Wednesday, March 28, 2007

Is the Bible History, Myth, or Dream? Part I

It is not the most dramatic dream I have been given, but the lesson it taught changed the way I read Scripture.

In the dream I was a brash spiritual adept who lived on the ground floor of an apartment building. A wise old man ordered me to ride the elevator to the roof and take care of some flying lizards that were dive bombing the roof garden. I said I would gladly do so and took the elevator straight up. When I arrived on the roof, however, I realized that I was literally in over my head. No sooner was I there than two flying lizards, one red and one green, began teasing and attacking me from above, scratching and clawing with such relentless swiftness and precision that I could barely keep myself from being cut to shreds, much less deal with them. Suddenly the old man materialized at my side. Giving me a knowing look, gently and calmly, he captured both the lizards and put them to bed in a corner of the roof garden. There they lay, the red lizard and the green lizard, all cuddled up under their blanket, and they were purring. Then the wise old man handed me a stake and said, “Now kill them.” I said, “I can’t. They’re too cute.” Taking the staff out of my hand, the wise old man dispatched them at once. He looked at me and said, “The rules are different in the spiritual world.”

Perhaps the greatest confusion in our culture today is the conflation of the inner and outer worlds, a tendency to regard the literal as the only dependable truth, to shy from warfare within the soul, but embrace war in the world without. In a way, this is only to be expected. The last two hundred years in Western Culture have been all about flexing the muscles of human power. The Enlightenment, the Industrial Revolution, the triumph of the Machine. We all know how the great discoveries of the physical sciences gave to the material world an authority that it had not previously possessed. The ability to mathematically describe the natural world felt like explaining it, as if all the secrets of nature were now unveiled. Patterns that were once only intuited by storytellers and patient observes could now be efficiently graphed and quantified. Statistics gave men the tools to design according to probability and make the ideal of the greatest good for the greatest number a little more real. At the same time that the physical sciences began unlocking so many mysteries, the traditional spiritual mysteries, the world of symbol, metaphor and multiple meaning grew vaguer and more insubstantial. When the rational disciplines of mathematics and science made possible a single correct answer for all times, the polysemic textures of story seemed only wishy-washy. Dreams were better understood as electro-chemical discharges than as sendings from a Divine source beyond the scope of scientific explanation. Intuition, synchronicity, all those tools of the mystical understanding of reality were increasingly rationalized as mere coincidence. The Bible was perhaps hardest hit, becoming a primitive attempt at historiography rather than a series of ambiguous tales about God.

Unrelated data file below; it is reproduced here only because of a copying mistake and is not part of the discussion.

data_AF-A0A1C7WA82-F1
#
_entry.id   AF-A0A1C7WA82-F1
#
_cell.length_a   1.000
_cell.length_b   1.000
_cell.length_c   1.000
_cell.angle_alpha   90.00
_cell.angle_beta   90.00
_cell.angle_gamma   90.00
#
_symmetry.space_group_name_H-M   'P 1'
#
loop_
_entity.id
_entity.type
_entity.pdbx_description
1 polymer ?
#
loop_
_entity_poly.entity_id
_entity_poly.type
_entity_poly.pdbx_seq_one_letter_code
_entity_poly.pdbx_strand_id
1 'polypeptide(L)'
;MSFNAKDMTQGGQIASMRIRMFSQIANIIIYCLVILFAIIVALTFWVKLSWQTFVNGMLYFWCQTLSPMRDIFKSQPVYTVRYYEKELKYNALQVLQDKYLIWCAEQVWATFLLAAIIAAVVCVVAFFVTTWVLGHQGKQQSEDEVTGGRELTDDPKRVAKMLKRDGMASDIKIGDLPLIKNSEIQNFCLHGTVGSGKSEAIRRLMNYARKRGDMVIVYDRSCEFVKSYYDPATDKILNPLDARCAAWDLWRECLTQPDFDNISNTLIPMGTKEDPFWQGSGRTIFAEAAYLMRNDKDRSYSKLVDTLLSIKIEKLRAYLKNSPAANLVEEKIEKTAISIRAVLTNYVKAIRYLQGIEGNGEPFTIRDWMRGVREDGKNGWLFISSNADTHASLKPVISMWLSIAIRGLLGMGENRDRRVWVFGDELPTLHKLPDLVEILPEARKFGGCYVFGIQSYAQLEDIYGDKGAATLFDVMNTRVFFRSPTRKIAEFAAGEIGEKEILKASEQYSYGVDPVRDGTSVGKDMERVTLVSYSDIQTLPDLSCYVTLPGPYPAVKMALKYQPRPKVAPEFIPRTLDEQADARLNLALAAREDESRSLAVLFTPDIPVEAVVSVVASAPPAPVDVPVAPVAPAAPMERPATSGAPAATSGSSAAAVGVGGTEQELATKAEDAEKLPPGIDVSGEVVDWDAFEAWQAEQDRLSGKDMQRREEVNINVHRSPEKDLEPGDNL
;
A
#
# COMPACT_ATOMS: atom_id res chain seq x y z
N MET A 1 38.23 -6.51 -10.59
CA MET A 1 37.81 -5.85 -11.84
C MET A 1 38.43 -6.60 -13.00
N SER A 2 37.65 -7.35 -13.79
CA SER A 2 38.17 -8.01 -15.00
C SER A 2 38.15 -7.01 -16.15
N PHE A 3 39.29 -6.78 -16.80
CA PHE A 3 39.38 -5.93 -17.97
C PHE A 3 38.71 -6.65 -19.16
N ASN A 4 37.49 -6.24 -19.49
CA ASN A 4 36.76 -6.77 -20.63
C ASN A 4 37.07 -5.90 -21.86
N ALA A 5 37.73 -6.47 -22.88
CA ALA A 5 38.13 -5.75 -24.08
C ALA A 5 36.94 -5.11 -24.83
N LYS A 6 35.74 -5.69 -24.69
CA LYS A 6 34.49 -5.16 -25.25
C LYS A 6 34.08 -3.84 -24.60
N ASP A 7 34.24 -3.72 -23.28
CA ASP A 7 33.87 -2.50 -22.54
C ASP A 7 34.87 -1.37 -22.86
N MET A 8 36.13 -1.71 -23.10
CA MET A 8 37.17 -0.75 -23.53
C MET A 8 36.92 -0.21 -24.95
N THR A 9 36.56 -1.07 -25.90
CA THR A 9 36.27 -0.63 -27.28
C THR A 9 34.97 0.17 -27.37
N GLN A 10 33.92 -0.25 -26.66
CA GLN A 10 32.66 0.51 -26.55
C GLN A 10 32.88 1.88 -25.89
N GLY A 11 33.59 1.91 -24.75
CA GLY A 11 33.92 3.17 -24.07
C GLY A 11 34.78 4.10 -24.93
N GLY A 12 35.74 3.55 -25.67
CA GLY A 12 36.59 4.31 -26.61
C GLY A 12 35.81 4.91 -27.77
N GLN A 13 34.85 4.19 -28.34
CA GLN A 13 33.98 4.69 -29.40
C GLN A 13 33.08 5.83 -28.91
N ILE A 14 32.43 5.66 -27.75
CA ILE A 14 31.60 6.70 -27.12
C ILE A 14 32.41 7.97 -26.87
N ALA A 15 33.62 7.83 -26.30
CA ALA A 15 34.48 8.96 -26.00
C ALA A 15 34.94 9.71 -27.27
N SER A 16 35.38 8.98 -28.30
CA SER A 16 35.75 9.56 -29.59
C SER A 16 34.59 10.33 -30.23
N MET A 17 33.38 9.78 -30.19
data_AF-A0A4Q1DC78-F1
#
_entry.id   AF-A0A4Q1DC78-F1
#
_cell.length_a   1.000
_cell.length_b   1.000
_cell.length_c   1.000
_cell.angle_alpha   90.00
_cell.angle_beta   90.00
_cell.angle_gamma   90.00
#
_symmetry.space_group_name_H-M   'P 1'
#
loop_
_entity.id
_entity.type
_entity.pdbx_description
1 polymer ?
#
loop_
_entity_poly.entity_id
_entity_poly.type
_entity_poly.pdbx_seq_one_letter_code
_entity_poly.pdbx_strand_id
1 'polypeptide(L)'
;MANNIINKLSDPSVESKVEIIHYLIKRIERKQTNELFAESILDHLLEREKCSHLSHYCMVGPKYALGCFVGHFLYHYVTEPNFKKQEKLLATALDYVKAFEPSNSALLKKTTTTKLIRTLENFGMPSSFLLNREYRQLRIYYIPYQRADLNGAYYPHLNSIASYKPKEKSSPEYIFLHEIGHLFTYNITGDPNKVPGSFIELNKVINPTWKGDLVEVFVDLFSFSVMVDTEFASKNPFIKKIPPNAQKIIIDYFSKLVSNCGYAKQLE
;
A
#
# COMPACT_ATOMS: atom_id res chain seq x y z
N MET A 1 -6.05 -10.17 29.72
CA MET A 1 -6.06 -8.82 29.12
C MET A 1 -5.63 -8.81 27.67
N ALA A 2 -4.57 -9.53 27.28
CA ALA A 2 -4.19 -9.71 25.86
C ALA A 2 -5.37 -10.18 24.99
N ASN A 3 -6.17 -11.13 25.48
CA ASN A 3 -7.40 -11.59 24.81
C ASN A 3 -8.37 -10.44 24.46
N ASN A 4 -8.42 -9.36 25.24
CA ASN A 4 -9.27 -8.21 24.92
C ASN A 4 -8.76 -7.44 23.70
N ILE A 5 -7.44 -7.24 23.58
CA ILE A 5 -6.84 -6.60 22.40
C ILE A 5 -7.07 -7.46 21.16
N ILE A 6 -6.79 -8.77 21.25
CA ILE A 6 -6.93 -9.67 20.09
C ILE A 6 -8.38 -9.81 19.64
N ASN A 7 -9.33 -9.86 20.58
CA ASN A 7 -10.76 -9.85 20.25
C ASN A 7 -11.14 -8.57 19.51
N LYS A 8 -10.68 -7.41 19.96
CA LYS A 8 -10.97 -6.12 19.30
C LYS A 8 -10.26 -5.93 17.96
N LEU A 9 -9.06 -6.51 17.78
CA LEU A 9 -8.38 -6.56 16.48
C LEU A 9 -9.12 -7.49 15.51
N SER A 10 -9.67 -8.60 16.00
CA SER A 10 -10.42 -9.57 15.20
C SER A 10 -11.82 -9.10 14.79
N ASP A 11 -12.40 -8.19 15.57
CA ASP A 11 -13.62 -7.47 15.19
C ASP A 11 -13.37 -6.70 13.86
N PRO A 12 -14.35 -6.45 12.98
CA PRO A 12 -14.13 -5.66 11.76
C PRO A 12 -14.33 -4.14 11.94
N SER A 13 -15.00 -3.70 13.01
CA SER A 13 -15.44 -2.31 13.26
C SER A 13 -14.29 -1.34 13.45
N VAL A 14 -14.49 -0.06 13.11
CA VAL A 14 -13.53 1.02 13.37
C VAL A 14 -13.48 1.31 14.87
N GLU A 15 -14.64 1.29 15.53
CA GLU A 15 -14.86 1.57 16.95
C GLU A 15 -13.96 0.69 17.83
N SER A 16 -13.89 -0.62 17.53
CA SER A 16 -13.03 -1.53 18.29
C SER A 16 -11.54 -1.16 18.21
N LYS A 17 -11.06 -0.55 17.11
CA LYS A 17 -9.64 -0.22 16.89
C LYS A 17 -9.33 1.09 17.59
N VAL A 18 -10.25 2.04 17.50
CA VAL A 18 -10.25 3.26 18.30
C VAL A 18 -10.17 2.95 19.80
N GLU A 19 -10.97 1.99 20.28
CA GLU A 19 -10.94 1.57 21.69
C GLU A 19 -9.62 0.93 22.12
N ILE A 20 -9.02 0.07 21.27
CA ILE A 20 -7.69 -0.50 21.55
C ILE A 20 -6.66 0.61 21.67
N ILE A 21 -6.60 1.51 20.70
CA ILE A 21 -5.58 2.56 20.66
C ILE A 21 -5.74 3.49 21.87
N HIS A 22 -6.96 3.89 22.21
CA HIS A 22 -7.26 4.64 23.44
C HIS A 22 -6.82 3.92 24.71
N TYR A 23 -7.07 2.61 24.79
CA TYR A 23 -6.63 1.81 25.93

Joseph Campbell did not like the Bible. In his view, it was not myth, but monster. For him it had an ancient and ruthless authority to enforce repression and violence. It was a set of tribal texts that, in the name of God, cut us off from our own human nature, from a healthy relationship with our bodies, a story that was not fit to enter the future.

Can any of us regulate what will or will not enter the future? Or is the “future” in this sense like heaven, a Tomorrow-land pie in the sky where all will be resolved and revealed?

Consider last Sunday’s passage from the prophet Isaiah:

Thus says the LORD,
who makes a way in the sea,
a path in the mighty waters,
who brings out chariot and horse,
army and warrior;
they lie down, they cannot rise,
they are extinguished, quenched like a wick:
Do not remember the former things,
or consider the things of old.
I am about to do a new thing;
now it springs forth, do you not perceive it?
I will make a way in the wilderness
and rivers in the desert.
The wild animals will honor me,
the jackals and the ostriches;
for I give water in the wilderness,
rivers in the desert,
to give drink to my chosen people,
the people whom I formed for myself
so that they might declare my praise.

I am fascinated that in this ancient, tribal text, it is the restoration of the natural world that trumps the world of war, that the mighty engines of destruction are mere candles to be extinguished. Therein lies a lesson for me. When I can defeat the enemy within, I may have less need to take on the rest of the world. More tomorrow.

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